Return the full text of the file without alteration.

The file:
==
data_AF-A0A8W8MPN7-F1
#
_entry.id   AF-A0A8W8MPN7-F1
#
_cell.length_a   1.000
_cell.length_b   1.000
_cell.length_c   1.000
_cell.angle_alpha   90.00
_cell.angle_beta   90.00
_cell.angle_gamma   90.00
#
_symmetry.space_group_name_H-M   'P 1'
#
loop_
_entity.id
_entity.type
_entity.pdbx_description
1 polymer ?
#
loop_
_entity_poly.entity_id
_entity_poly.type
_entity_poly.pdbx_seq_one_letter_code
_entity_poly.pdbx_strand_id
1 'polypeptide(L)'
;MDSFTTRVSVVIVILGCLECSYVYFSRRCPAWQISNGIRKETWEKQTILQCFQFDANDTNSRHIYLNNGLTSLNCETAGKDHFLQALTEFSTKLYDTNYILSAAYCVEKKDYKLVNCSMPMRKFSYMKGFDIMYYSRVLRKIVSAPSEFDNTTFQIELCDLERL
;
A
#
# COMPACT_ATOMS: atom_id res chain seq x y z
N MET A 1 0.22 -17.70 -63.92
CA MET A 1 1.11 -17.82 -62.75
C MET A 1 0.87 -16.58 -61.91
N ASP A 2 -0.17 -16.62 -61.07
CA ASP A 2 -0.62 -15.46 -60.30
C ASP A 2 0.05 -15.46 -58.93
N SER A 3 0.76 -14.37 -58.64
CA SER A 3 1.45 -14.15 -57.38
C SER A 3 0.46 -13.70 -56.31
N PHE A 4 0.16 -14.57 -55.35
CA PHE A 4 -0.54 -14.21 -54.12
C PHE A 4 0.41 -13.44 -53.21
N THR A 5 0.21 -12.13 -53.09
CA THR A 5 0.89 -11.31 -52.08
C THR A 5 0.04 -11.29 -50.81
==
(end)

data_AF-A0A8W8MPN7-F1
#
_entry.id   AF-A0A8W8MPN7-F1
#
_cell.length_a   1.000
_cell.length_b   1.000
_cell.length_c   1.000
_cell.angle_alpha   90.00
_cell.angle_beta   90.00
_cell.angle_gamma   90.00
#
_symmetry.space_group_name_H-M   'P 1'
#
loop_
_entity.id
_entity.type
_entity.pdbx_description
1 polymer ?
#
loop_
_entity_poly.entity_id
_entity_poly.type
_entity_poly.pdbx_seq_one_letter_code
_entity_poly.pdbx_strand_id
1 'polypeptide(L)'
;MDSFTTRVSVVIVILGCLECSYVYFSRRCPAWQISNGIRKETWEKQTILQCFQFDANDTNSRHIYLNNGLTSLNCETAGKDHFLQALTEFSTKLYDTNYILSAAYCVEKKDYKLVNCSMPMRKFSYMKGFDIMYYSRVLRKIVSAPSEFDNTTFQIELCDLERL
;
A
#
# COMPACT_ATOMS: atom_id res chain seq x y z
N MET A 1 0.22 -17.70 -63.92
CA MET A 1 1.11 -17.82 -62.75
C MET A 1 0.87 -16.58 -61.91
N ASP A 2 -0.17 -16.62 -61.07
CA ASP A 2 -0.62 -15.46 -60.30
C ASP A 2 0.05 -15.46 -58.93
N SER A 3 0.76 -14.37 -58.64
CA SER A 3 1.45 -14.15 -57.38
C SER A 3 0.46 -13.70 -56.31
N PHE A 4 0.16 -14.57 -55.35
CA PHE A 4 -0.54 -14.21 -54.12
C PHE A 4 0.41 -13.44 -53.21
N THR A 5 0.21 -12.13 -53.09
CA THR A 5 0.89 -11.31 -52.08
C THR A 5 0.04 -11.29 -50.81